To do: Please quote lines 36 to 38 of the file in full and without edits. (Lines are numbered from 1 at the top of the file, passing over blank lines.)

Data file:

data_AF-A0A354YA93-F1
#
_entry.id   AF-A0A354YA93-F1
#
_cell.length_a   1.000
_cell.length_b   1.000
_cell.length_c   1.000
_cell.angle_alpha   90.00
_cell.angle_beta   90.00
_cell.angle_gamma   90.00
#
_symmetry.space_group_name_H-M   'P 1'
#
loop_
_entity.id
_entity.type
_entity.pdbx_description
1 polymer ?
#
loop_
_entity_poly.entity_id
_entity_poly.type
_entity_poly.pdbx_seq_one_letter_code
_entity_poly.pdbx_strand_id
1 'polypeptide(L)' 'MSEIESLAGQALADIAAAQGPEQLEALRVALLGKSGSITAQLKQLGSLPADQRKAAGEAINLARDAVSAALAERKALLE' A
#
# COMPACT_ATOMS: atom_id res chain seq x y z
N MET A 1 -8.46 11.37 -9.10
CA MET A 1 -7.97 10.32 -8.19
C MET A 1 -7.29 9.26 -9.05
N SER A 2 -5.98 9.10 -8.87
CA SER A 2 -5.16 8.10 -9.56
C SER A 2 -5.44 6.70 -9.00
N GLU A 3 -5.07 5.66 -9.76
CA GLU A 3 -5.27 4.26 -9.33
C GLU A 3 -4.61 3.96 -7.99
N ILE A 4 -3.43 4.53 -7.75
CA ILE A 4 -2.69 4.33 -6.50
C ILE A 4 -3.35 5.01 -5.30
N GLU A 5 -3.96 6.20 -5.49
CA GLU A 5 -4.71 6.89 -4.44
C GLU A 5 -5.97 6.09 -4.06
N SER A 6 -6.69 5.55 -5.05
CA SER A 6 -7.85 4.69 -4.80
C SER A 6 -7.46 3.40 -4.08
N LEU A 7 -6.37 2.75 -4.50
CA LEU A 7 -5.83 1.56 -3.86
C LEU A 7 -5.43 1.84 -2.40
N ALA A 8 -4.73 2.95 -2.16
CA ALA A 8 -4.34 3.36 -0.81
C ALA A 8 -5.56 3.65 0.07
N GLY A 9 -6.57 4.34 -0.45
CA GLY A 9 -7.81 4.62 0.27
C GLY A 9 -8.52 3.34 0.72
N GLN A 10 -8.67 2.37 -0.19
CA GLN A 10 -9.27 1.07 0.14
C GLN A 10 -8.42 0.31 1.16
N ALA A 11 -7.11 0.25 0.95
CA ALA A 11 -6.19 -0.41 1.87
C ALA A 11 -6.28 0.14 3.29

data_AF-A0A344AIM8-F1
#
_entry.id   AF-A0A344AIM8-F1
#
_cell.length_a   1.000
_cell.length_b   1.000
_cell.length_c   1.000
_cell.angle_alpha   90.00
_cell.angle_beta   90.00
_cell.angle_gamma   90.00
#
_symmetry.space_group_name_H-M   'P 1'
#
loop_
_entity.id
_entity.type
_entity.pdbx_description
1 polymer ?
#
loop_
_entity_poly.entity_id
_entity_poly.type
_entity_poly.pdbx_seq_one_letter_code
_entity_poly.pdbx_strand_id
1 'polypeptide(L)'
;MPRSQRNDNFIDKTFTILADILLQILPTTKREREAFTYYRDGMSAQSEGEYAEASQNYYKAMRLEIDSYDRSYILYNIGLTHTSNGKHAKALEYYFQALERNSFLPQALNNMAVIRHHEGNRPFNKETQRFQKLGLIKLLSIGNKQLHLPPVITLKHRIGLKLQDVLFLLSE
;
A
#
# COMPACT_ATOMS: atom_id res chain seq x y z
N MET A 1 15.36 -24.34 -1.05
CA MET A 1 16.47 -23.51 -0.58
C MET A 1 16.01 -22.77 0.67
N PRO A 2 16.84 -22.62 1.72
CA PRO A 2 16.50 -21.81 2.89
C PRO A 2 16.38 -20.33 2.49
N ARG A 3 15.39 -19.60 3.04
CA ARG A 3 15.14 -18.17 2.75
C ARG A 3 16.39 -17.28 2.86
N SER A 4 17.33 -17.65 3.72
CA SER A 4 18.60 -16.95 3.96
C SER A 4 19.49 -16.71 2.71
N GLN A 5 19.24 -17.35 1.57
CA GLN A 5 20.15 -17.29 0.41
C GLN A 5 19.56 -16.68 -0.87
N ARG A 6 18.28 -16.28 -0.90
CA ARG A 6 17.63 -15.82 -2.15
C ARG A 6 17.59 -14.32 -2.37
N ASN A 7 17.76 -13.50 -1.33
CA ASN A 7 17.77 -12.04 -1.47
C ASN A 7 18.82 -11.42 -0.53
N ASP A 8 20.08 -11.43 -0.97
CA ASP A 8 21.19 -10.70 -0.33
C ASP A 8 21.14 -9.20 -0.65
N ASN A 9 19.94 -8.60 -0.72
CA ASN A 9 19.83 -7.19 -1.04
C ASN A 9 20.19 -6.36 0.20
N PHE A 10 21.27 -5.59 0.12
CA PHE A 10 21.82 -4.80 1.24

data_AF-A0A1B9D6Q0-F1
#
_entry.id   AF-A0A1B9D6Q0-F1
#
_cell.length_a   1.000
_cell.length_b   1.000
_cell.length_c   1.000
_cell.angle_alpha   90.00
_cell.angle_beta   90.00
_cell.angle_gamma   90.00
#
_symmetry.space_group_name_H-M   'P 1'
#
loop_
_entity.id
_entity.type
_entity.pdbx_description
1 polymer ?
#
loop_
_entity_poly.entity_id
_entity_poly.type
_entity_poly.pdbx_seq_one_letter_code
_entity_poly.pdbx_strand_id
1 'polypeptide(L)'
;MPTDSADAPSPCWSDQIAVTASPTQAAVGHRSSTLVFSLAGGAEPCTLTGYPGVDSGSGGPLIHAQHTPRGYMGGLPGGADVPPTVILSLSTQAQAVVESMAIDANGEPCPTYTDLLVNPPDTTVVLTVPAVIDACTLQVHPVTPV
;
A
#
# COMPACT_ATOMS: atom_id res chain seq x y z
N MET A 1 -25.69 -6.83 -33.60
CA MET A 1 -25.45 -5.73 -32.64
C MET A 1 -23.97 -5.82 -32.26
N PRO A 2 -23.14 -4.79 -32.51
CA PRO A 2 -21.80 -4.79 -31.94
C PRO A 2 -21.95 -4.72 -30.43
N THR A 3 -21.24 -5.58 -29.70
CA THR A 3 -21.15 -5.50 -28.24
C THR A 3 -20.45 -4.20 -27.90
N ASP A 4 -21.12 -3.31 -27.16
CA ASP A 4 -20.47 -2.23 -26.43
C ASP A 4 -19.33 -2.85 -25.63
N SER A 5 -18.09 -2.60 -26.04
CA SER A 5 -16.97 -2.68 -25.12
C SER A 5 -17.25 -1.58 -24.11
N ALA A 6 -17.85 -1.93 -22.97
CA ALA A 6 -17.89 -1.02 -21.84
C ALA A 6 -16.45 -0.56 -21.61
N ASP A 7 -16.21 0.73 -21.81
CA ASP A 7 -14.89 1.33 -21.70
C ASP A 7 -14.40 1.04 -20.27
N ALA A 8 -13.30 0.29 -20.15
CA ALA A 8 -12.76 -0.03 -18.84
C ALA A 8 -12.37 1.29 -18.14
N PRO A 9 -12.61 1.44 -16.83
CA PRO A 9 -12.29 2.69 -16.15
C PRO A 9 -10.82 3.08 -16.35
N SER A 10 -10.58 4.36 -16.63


C GLU A 3 -4.61 3.96 -7.99
N ILE A 4 -3.43 4.53 -7.75
CA ILE A 4 -2.69 4.33 -6.50